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Many people would love to find a quick fix for weight loss in the form of a pill that melts the fat right off the body. Caffeine pills are cheap and easy to come by; unfortunately, though, they won’t help you lose much weight. Regular use of caffeine pills also carries serious side effects and risks.
Moderate Your Expectations
Although caffeine might slightly boost weight loss or prevent weight gain, it's not by a significant amount. Taking caffeine pills along with a diet and exercise program might help a bit, but you should also consider the risks of excessive caffeine consumption and dependence. Caffeine pills alone probably won’t help you to lose weight at all.
Caffeine’s Effect on Weight Loss
Weight Loss With Caffeine & Aspirin
Caffeine, whether it comes from a pill or a cup of coffee, can work as an appetite suppressant, according to the National Institutes of Health, but there’s no evidence to prove that long-term consumption helps weight loss 2. Caffeine might stimulate thermogenesis, which is one way your body generates heat and energy from digesting food, but this doesn’t necessarily mean it causes significant weight loss. Another reason that caffeine has been connected to weight loss for years is because it acts as a diuretic, increasing the amount of urine you excrete. Water loss can temporarily decrease your body weight, but not in the long term. Because it boosts your energy, caffeine can help improve exercise performance and endurance.
- Caffeine, whether it comes from a pill or a cup of coffee, can work as an appetite suppressant, according to the National Institutes of Health, but there’s no evidence to prove that long-term consumption helps weight loss 2.
- Caffeine might stimulate thermogenesis, which is one way your body generates heat and energy from digesting food, but this doesn’t necessarily mean it causes significant weight loss.
Side Effects of Caffeine Pills
According to the National Institutes of Health, 250 milligrams of caffeine per day is considered moderate 2. Taking more than this can lead to accelerated heart rate, excessive urination, nausea, vomiting, restlessness, anxiety, depression, tremors and insomnia. Many report feeling uneasy or jittery while taking caffeine pills. Caffeine can also be slightly addictive; abrupt withdrawal from caffeine can cause headaches, drowsiness, irritability, nausea and vomiting.
- According to the National Institutes of Health, 250 milligrams of caffeine per day is considered moderate 2.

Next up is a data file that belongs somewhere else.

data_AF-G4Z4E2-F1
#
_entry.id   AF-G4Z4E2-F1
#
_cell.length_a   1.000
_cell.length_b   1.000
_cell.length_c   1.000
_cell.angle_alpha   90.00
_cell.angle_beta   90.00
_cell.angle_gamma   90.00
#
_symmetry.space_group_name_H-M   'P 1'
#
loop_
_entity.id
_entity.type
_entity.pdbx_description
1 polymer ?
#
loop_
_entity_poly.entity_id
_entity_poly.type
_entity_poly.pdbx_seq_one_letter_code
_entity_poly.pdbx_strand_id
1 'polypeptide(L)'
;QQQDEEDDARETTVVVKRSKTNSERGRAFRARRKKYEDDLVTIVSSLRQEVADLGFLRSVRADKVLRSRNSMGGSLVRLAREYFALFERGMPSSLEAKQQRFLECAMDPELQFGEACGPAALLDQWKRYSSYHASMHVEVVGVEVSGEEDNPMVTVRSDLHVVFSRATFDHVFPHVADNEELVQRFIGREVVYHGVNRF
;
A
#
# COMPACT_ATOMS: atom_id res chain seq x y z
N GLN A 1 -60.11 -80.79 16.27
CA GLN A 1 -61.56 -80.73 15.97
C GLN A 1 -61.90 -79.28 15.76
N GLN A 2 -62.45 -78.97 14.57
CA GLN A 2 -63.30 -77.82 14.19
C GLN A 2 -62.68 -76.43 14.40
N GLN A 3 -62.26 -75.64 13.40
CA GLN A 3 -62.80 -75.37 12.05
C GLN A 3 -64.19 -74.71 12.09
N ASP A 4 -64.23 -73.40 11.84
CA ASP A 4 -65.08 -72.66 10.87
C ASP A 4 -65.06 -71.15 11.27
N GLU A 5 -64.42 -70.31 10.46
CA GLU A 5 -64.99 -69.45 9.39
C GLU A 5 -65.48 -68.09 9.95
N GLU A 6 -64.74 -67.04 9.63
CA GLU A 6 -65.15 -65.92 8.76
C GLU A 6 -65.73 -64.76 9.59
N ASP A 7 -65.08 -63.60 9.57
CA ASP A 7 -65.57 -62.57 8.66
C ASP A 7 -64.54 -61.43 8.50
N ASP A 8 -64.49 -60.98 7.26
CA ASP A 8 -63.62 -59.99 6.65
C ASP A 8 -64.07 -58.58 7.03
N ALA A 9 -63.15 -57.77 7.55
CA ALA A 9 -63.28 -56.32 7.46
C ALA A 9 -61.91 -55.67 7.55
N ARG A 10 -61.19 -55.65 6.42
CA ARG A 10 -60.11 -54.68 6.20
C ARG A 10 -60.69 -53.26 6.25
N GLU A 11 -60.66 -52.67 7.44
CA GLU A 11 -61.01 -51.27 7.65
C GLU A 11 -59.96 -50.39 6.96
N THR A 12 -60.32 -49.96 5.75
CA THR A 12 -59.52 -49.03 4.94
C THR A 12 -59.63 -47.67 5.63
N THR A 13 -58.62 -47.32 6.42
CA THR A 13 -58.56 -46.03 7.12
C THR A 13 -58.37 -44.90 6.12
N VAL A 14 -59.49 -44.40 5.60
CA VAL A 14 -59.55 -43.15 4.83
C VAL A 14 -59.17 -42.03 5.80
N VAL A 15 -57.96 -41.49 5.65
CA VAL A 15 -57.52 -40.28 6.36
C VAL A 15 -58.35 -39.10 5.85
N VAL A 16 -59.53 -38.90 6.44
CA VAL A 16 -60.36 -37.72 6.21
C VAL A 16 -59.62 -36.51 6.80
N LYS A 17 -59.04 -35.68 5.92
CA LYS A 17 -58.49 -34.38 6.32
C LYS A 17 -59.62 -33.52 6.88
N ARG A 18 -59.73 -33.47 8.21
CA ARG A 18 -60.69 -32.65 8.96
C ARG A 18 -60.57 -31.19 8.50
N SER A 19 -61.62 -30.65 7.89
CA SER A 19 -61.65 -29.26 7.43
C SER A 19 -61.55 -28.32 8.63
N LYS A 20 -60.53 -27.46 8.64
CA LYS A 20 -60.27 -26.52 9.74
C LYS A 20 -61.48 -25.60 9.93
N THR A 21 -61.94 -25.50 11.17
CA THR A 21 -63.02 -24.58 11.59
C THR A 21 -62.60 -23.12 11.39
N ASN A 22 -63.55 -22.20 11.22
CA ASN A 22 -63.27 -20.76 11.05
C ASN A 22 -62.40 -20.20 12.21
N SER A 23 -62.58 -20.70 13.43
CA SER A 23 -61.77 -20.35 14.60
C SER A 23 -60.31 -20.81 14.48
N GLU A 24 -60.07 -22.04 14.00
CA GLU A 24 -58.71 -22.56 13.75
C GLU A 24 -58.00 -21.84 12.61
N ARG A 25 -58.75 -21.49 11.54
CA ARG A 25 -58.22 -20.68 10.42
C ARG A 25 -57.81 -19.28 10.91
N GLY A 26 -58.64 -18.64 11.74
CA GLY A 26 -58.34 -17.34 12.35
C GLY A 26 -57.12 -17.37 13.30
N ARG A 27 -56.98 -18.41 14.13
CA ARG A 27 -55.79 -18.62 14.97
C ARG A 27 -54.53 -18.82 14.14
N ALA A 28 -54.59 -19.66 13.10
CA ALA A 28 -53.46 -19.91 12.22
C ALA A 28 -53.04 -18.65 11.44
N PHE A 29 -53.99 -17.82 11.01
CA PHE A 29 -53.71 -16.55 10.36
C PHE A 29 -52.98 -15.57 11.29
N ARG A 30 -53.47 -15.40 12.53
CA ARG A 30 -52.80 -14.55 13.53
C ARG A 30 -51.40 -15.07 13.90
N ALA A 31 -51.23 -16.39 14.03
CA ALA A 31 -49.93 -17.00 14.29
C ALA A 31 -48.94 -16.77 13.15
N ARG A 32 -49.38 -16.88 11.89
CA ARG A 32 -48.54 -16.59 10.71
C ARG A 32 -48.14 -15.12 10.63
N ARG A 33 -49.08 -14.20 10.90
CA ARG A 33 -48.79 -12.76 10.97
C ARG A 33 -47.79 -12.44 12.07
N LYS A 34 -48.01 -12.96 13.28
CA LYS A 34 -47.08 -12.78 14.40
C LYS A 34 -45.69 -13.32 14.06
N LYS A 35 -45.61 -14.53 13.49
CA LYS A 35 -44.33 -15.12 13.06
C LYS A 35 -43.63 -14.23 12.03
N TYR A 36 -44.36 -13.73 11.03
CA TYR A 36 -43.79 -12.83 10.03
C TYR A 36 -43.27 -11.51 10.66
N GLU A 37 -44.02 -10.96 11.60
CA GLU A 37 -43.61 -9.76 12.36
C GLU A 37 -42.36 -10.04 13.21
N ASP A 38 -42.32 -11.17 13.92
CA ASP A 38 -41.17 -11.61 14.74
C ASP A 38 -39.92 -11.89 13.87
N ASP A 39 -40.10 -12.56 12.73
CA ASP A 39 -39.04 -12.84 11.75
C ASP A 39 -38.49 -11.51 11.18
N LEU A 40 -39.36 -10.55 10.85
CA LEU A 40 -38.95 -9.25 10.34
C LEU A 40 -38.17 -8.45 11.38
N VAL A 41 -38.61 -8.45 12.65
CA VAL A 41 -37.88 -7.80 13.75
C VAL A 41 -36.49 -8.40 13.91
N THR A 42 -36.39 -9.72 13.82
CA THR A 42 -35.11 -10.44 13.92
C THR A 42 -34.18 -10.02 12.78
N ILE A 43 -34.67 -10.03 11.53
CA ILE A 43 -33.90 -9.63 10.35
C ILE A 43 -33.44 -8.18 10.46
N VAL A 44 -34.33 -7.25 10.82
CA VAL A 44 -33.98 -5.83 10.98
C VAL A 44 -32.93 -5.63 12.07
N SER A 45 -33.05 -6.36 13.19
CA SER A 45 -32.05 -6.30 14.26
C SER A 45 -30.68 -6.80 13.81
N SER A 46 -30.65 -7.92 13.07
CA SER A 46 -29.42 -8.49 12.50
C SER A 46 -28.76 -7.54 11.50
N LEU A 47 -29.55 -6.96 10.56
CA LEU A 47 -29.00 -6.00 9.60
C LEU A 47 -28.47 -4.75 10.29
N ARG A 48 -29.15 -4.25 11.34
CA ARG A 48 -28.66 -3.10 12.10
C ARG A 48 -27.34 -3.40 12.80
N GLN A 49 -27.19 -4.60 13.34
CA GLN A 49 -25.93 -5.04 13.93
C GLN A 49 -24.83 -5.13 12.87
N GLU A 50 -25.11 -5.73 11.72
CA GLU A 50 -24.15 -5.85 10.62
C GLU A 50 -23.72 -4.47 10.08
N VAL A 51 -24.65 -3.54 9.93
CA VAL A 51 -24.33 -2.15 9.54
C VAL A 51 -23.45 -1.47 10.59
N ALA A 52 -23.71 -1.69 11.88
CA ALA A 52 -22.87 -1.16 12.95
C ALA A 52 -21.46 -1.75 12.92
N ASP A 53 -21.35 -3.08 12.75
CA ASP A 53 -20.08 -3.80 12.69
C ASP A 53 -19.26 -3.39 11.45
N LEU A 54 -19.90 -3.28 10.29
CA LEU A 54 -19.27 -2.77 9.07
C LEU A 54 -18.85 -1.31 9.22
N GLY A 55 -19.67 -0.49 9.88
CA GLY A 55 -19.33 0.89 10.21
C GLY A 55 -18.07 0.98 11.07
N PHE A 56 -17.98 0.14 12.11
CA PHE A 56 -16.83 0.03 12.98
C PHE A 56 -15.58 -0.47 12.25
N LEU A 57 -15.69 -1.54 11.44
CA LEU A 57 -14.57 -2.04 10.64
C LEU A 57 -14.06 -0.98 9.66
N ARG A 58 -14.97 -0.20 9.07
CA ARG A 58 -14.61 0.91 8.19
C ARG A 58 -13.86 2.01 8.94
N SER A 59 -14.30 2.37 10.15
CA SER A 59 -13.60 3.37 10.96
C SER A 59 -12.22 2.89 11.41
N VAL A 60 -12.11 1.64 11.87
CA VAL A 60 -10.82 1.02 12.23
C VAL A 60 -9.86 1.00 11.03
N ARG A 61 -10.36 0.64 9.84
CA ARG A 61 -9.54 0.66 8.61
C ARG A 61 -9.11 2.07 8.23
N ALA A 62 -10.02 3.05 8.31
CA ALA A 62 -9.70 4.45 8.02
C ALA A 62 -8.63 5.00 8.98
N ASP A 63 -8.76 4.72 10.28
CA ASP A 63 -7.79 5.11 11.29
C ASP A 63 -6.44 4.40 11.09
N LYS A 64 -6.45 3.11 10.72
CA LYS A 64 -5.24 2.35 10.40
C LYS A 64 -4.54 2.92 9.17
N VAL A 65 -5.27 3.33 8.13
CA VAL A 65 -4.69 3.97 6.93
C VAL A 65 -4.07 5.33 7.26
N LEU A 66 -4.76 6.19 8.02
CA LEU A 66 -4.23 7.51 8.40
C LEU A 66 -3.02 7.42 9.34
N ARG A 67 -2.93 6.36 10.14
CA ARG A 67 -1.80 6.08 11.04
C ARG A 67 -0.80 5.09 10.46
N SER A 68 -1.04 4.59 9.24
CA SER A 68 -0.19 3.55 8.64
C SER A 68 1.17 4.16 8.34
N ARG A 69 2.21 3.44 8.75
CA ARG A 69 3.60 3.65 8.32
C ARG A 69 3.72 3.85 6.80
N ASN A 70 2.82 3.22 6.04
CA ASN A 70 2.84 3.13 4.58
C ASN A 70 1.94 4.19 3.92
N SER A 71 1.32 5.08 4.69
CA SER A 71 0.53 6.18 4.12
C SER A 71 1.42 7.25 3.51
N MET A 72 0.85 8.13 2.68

- Caffeine can also be slightly addictive; abrupt withdrawal from caffeine can cause headaches, drowsiness, irritability, nausea and vomiting.
Caffeine & Accutane
Instead of using caffeine pills or other supplements, the Centers for Disease Control recommends making lifestyle changes in daily eating and exercising habits, including exercising more and eating less 1. Everyone wants to lose weight quickly, but, according to the CDC, people who lose weight gradually and steadily -- about 1 or 2 pounds a week -- are more successful at keeping the weight off.
If you are pregnant or have heart disease or peptic ulcers, the NIH recommendeds that you limit or avoid caffeine. Many drugs will interact with caffeine, so check with your doctor or pharmacist if you are taking other medications along with caffeine pills.
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- Centers for Disease Control: Losing Weight
- National Institutes of Health: Caffeine In the Diet
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- American Psychiatric Association. Diagnostic and Statistical Manual of Mental Disorders. 5th edition. Washington DC; 2013.
- Turnbull D, Rodricks JV, Mariano GF, Chowdhury F. Caffeine and cardiovascular health. Regul Toxicol Pharmacol. 2017;89:165-185. doi:10.1016/j.yrtph.2017.07.025
- Centers for Disease Control and Prevention. Alcohol and Caffeine. Updated October 23, 2018.
- Alsunni AA. Energy Drink Consumption: Beneficial and Adverse Health Effects. Int J Health Sci (Qassim). 2015;9(4):468-474.
- Lyngsø J, Ramlau-Hansen CH, Bay B, Ingerslev HJ, Hulman A, Kesmodel US. Association between coffee or caffeine consumption and fecundity and fertility: a systematic review and dose-response meta-analysis. Clin Epidemiol. 2017;9:699-719. doi:10.2147/CLEP.S146496
- U.S. Food and Drug Administration. Pure and Highly Concentrated Caffeine. Updated September 21, 2018.
- National Institute on Drug Abuse. Drugs, Brains, and Behavior: The Science of Addiction. Updated July 2018.
Amanda Hermes has been a freelance writer since 2009. She writes about children's health, green living and healthy eating for various websites. She has also been published on EdutainingKids.com, Parents Tips Blog and Weekly Woof Blog and she has worked as a ghostwriter for parenting articles. She holds a Bachelor of Arts in English from the University of North Texas.